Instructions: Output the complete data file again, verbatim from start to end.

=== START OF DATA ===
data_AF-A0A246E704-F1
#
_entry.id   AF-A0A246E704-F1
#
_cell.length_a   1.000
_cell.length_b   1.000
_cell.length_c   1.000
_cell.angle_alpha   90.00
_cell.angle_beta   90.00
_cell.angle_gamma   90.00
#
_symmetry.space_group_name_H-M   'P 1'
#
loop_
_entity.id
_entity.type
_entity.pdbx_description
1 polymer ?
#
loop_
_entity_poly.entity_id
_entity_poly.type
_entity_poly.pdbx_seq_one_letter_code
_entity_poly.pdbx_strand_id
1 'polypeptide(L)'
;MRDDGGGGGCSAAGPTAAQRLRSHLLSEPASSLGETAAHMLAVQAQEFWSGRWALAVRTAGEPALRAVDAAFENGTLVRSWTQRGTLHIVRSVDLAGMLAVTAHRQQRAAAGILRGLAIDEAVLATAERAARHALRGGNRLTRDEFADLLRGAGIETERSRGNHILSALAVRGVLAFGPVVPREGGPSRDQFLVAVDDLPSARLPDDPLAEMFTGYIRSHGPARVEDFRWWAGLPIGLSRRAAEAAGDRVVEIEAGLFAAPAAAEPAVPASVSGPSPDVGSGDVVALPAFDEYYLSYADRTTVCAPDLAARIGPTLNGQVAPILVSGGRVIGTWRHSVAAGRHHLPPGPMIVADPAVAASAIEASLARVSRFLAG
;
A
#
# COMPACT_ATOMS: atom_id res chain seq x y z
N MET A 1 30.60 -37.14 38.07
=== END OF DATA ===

data_AF-A0A246E704-F1
#
_entry.id   AF-A0A246E704-F1
#
_cell.length_a   1.000
_cell.length_b   1.000
_cell.length_c   1.000
_cell.angle_alpha   90.00
_cell.angle_beta   90.00
_cell.angle_gamma   90.00
#
_symmetry.space_group_name_H-M   'P 1'
#
loop_
_entity.id
_entity.type
_entity.pdbx_description
1 polymer ?
#
loop_
_entity_poly.entity_id
_entity_poly.type
_entity_poly.pdbx_seq_one_letter_code
_entity_poly.pdbx_strand_id
1 'polypeptide(L)'
;MRDDGGGGGCSAAGPTAAQRLRSHLLSEPASSLGETAAHMLAVQAQEFWSGRWALAVRTAGEPALRAVDAAFENGTLVRSWTQRGTLHIVRSVDLAGMLAVTAHRQQRAAAGILRGLAIDEAVLATAERAARHALRGGNRLTRDEFADLLRGAGIETERSRGNHILSALAVRGVLAFGPVVPREGGPSRDQFLVAVDDLPSARLPDDPLAEMFTGYIRSHGPARVEDFRWWAGLPIGLSRRAAEAAGDRVVEIEAGLFAAPAAAEPAVPASVSGPSPDVGSGDVVALPAFDEYYLSYADRTTVCAPDLAARIGPTLNGQVAPILVSGGRVIGTWRHSVAAGRHHLPPGPMIVADPAVAASAIEASLARVSRFLAG
;
A
#
# COMPACT_ATOMS: atom_id res chain seq x y z
N MET A 1 30.60 -37.14 38.07